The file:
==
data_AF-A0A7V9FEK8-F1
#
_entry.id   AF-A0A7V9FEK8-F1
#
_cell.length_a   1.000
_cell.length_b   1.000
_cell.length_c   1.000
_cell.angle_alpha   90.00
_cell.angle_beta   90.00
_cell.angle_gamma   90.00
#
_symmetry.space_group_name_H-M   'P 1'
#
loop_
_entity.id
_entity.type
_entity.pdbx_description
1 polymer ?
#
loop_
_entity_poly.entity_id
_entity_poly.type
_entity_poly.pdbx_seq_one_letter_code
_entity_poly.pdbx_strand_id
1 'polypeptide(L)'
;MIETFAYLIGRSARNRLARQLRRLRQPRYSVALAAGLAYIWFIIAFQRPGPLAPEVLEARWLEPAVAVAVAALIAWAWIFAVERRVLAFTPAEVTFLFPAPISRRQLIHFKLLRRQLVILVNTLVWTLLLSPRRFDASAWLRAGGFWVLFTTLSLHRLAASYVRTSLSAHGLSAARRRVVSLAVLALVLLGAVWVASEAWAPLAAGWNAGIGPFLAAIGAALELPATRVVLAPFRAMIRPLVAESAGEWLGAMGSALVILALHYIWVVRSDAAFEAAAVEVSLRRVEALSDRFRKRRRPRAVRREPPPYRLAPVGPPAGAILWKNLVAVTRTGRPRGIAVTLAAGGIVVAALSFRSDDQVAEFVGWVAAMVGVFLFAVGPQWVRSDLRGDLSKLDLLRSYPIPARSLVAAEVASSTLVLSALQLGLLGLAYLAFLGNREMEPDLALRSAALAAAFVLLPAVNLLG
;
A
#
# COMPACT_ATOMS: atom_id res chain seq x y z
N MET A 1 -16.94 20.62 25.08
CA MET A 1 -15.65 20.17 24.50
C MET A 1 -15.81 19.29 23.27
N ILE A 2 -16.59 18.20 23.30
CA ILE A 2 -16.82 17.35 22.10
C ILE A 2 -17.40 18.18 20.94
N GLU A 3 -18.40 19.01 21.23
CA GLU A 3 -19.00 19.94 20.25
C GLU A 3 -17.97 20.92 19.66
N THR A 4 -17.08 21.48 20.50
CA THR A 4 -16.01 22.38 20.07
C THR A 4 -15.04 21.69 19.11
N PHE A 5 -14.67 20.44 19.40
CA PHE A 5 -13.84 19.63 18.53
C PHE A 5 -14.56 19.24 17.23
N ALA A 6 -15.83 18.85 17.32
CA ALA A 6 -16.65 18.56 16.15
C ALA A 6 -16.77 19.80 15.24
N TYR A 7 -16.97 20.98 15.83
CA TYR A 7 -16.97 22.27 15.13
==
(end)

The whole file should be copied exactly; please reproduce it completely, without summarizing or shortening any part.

data_AF-A0A7V9FEK8-F1
#
_entry.id   AF-A0A7V9FEK8-F1
#
_cell.length_a   1.000
_cell.length_b   1.000
_cell.length_c   1.000
_cell.angle_alpha   90.00
_cell.angle_beta   90.00
_cell.angle_gamma   90.00
#
_symmetry.space_group_name_H-M   'P 1'
#
loop_
_entity.id
_entity.type
_entity.pdbx_description
1 polymer ?
#
loop_
_entity_poly.entity_id
_entity_poly.type
_entity_poly.pdbx_seq_one_letter_code
_entity_poly.pdbx_strand_id
1 'polypeptide(L)'
;MIETFAYLIGRSARNRLARQLRRLRQPRYSVALAAGLAYIWFIIAFQRPGPLAPEVLEARWLEPAVAVAVAALIAWAWIFAVERRVLAFTPAEVTFLFPAPISRRQLIHFKLLRRQLVILVNTLVWTLLLSPRRFDASAWLRAGGFWVLFTTLSLHRLAASYVRTSLSAHGLSAARRRVVSLAVLALVLLGAVWVASEAWAPLAAGWNAGIGPFLAAIGAALELPATRVVLAPFRAMIRPLVAESAGEWLGAMGSALVILALHYIWVVRSDAAFEAAAVEVSLRRVEALSDRFRKRRRPRAVRREPPPYRLAPVGPPAGAILWKNLVAVTRTGRPRGIAVTLAAGGIVVAALSFRSDDQVAEFVGWVAAMVGVFLFAVGPQWVRSDLRGDLSKLDLLRSYPIPARSLVAAEVASSTLVLSALQLGLLGLAYLAFLGNREMEPDLALRSAALAAAFVLLPAVNLLG
;
A
#
# COMPACT_ATOMS: atom_id res chain seq x y z
N MET A 1 -16.94 20.62 25.08
CA MET A 1 -15.65 20.17 24.50
C MET A 1 -15.81 19.29 23.27
N ILE A 2 -16.59 18.20 23.30
CA ILE A 2 -16.82 17.35 22.10
C ILE A 2 -17.40 18.18 20.94
N GLU A 3 -18.40 19.01 21.23
CA GLU A 3 -19.00 19.94 20.25
C GLU A 3 -17.97 20.92 19.66
N THR A 4 -17.08 21.48 20.50
CA THR A 4 -16.01 22.38 20.07
C THR A 4 -15.04 21.69 19.11
N PHE A 5 -14.67 20.44 19.40
CA PHE A 5 -13.84 19.63 18.53
C PHE A 5 -14.56 19.24 17.23
N ALA A 6 -15.83 18.85 17.32
CA ALA A 6 -16.65 18.56 16.15
C ALA A 6 -16.77 19.80 15.24
N TYR A 7 -16.97 20.98 15.83
CA TYR A 7 -16.97 22.27 15.13